It’s human nature to feel overcome with doubt during periods of change. Sometimes an event in your personal life can derail positive momentum in your professional career. These disruptions have a tendency to propel you into a state of unrest and uncertainty, where the decisions you make in the moment might not be the best in the long term.
Six months ago, after a breakup and while living through the worst winter on record in Boston, I found myself in a creative rut. When I sat down to write something for work or pleasure, nothing would come out. I’d spend hours scratching at paper with my pen, and then with my nails, as my frustrations turned to anger and then depression.
During this time, I started to doubt my career choices, and applied to new jobs that I hoped would fill a void in my heart. After participating in several interviews for jobs that would take me across the country, I spoke with a friend and mentor at work about my frustrations. He told me to:
“Appreciate the great opportunity in front of you, always.”
As simple as that advice was, it struck a chord. Looking deep within, I realized to feel better about my career choices, I had to fix parts of me that were broken. My job, that I had loved for so long, wasn’t the issue; the issue was my outlook on life.
Here are three steps I took during this time to course correct my mind and rediscover the love I have for my work.
At points in your career, your next milestone may feel out of reach. Whether you work for a public accounting firm and you have to wait three years before you’re eligible for a promotion, or if you are at a startup where the infrastructure for career growth doesn’t exist, it’s important to visualize milestones in a way that makes them more attainable. Science suggests that by manipulating time, you’re actually more likely to change your behavior to reach those goals.
An April 2015 study published in Psychological Science, found that measuring time in days instead of months, or months instead of years, makes future events seem closer. The study’s authors concluded people work harder toward reaching their goals when their perception of time has been altered.
We tend to get ahead of ourselves in life. We forget how much we have already accomplished, and how many greater feats lie ahead. Taking a moment to look at the big picture can be a calming way to overcome any professional or personal rut.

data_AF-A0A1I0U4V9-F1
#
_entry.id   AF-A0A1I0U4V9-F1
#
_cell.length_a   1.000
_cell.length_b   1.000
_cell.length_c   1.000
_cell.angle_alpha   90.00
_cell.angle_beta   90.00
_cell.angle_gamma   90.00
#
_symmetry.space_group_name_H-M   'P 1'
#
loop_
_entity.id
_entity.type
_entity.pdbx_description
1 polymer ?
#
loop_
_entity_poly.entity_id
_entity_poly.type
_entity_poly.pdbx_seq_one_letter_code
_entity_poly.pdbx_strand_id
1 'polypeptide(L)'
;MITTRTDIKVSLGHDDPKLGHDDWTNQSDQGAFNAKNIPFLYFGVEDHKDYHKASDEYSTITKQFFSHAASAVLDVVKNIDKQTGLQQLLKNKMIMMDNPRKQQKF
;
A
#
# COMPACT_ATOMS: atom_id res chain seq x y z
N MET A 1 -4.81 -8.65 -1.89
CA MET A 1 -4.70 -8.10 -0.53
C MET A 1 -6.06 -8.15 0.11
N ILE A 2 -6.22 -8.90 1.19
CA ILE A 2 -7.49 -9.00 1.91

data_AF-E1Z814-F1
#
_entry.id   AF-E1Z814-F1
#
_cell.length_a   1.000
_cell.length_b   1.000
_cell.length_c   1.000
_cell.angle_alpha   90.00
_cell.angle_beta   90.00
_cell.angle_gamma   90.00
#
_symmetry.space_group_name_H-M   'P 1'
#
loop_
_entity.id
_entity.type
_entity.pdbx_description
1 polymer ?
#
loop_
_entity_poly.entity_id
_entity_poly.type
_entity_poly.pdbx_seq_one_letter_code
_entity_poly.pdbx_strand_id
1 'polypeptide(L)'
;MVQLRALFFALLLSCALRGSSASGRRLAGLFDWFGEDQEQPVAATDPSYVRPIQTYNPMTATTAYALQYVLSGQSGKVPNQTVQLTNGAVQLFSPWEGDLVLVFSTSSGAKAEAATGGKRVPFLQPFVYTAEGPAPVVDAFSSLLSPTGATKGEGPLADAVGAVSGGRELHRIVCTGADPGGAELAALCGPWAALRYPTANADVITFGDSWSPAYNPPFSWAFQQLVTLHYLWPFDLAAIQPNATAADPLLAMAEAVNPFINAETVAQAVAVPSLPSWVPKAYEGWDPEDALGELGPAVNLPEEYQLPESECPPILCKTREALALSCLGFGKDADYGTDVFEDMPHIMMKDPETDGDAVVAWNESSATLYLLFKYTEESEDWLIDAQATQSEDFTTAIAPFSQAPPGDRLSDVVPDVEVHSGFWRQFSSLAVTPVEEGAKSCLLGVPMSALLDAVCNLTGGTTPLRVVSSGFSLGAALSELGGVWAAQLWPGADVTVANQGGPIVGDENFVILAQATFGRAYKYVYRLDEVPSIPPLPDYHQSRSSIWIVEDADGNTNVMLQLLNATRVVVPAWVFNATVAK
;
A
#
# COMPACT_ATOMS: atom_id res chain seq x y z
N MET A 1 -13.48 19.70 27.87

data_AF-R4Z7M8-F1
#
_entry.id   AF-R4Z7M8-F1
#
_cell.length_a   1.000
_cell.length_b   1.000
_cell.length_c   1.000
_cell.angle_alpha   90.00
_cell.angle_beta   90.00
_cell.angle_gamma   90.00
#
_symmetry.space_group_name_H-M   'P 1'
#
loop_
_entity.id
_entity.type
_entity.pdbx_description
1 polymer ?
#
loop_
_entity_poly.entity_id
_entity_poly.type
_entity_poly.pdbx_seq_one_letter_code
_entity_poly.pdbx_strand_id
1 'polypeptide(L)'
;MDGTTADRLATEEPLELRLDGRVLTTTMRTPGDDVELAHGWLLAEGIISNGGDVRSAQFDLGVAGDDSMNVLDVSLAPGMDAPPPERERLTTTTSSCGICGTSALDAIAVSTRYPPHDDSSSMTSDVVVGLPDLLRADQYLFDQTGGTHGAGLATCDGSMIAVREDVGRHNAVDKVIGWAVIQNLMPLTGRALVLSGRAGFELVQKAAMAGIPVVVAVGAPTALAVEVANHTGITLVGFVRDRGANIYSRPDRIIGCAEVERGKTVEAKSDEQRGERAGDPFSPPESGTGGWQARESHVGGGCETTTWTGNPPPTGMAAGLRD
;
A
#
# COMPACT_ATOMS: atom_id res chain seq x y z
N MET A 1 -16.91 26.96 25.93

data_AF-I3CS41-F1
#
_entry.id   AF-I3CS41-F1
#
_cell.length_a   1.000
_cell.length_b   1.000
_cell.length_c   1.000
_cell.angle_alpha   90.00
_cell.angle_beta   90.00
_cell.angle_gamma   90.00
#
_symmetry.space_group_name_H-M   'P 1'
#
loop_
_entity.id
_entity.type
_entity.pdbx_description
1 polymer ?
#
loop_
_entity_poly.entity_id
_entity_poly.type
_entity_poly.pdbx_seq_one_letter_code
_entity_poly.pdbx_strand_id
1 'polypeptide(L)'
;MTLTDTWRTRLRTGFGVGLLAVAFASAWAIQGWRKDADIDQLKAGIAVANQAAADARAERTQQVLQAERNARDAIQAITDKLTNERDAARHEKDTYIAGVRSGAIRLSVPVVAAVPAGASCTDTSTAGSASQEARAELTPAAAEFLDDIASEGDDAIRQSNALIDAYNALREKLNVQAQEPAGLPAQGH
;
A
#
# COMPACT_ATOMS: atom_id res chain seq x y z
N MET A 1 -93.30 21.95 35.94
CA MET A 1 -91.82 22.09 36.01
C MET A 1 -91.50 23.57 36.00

We’re all afraid of seeming weak–in both character and ability. The more we feel that we have to rely on others, the less confidence we have in our work.
Over the past year, I’ve learned how important asking for help is to professional growth. Learning to ask for guidance opens new doors for building long-lasting trust with mentors who can help you overcome the hurdles holding you back.
Asking for help also leads to some interesting benefits. A February 2015 experiment conducted in partnership between Harvard and Wharton business schools found that asking for help boosts perceptions of intelligence among those looking for guidance.
In several experiments, participants perceived those who asked for help and advice as being more intelligent than those who did not, regardless of actual IQ and experience.
Remember that old idiom, “Fake it ’til you make it?” I’ve learned to revise that phrase to, “Ask for help ’til you make it,” and it has led me to some unexpected places.
In our pursuit of happiness, we’re often conflicted between following our passion and pushing through tasks that pay the bills. While there are ways to connect what you’re passionate about and what you do for work, it’s important to learn how to listen to your heart: It makes you smarter.
Research published in April 2015 by a team of scientists from the University of Cambridge and Medical Research Council found that when we’re able to listen to our heart–whether through a stethoscope or by taking our pulse–there’s an increase in “gamma phase synchrony,” otherwise known as chatter between different regions in our brains. Meaning that when we can physically tune into the beats and tones of our heart, brain activity between various areas jump-starts.
We feel this during our automatic “fight or flight” response in situations, and after a lot of physical exercise. Has someone ever told you that exercise is a great way to clear your mind? Well, it turns out exercise might not clear your mind; it actually increases activities that might help you better solve problems and produce creative work.
I’ve learned to listen to my heart, as clichéd as that sounds, because when I’m able to synchronize my heart and mind, I make smarter decisions with greater clarity. The beach body I earned in the process hasn’t hurt.
A friend of mine once told me, “Before you blame others, first look within to uncover self-doubt.”
In my experience, it took a few ridiculous job offers to realize just how much I’ve already accomplished, and how far I can go when I finally learn to trust myself. Your career trajectory will never take a linear path; it’s not supposed to be that easy.
Learning how to calm the nerves in the face of criticism and self-doubt will help ensure you stay on track. After all, you’re the only person capable of holding personal and professional success back.